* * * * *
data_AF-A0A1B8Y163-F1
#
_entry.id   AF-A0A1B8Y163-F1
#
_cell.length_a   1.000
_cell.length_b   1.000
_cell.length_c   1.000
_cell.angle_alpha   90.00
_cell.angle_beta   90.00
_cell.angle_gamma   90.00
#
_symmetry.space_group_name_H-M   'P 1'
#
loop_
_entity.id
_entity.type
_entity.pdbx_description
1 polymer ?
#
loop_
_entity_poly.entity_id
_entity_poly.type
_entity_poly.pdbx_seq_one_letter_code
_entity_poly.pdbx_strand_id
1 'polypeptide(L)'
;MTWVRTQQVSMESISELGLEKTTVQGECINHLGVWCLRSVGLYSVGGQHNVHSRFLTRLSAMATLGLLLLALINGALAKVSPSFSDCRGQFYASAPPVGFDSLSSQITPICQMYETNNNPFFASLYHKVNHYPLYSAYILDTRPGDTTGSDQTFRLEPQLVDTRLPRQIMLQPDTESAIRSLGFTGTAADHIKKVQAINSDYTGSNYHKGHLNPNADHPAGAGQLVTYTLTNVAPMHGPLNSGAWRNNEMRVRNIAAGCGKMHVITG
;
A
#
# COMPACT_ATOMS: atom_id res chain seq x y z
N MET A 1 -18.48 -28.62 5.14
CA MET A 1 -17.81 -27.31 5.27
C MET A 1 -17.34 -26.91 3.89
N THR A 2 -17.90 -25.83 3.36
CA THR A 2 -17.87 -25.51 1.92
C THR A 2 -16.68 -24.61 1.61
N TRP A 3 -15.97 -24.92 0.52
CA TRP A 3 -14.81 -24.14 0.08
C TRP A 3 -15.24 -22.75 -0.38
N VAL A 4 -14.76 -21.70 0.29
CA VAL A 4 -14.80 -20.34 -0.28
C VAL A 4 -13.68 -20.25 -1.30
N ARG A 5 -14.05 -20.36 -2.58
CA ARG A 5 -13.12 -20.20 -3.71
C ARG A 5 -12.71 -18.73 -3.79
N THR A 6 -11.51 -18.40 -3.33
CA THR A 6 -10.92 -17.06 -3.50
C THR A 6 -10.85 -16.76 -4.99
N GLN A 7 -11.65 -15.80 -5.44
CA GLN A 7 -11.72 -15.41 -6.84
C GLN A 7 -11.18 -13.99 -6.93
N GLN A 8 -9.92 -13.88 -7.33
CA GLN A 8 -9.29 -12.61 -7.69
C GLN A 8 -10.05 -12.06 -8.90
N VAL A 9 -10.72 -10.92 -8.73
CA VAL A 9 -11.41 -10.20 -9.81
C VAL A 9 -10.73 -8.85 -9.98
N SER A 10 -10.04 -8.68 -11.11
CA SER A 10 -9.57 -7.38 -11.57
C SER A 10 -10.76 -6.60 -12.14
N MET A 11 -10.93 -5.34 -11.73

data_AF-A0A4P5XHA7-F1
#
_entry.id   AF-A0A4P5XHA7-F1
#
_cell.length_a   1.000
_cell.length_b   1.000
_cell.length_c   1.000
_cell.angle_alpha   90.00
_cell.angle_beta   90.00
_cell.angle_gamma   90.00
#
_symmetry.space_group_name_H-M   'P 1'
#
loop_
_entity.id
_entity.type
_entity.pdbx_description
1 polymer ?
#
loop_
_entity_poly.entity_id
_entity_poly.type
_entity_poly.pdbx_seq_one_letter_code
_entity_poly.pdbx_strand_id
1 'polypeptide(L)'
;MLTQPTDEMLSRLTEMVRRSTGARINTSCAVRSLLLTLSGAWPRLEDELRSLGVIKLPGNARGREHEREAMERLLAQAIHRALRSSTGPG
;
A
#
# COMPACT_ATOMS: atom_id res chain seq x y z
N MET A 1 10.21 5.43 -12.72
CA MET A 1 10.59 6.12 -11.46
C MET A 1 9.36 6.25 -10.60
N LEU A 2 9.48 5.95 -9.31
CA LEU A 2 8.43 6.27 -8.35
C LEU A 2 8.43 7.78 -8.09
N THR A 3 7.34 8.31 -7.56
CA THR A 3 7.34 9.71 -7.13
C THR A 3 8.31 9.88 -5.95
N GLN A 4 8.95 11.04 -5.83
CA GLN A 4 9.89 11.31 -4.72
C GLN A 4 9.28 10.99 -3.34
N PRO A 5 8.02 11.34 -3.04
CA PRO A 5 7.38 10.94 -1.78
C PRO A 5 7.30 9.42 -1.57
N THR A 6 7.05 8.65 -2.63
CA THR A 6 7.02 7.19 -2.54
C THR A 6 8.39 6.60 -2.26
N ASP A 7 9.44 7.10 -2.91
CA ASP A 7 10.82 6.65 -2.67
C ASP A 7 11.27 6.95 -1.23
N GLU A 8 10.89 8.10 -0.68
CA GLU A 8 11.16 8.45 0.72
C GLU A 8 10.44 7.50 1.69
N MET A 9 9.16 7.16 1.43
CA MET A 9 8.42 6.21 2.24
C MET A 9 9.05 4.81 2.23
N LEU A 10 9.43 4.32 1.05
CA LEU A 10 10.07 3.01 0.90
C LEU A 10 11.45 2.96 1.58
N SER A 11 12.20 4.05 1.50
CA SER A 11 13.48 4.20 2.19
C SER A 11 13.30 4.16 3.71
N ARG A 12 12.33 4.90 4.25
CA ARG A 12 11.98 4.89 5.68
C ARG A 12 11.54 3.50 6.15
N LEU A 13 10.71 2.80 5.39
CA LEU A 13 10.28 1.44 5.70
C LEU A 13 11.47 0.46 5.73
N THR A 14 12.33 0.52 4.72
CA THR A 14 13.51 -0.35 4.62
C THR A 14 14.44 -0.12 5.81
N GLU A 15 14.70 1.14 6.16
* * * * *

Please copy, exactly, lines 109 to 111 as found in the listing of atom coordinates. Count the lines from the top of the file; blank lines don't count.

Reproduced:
C THR A 6 8.39 6.60 -2.26
N ASP A 7 9.44 7.10 -2.91
CA ASP A 7 10.82 6.65 -2.67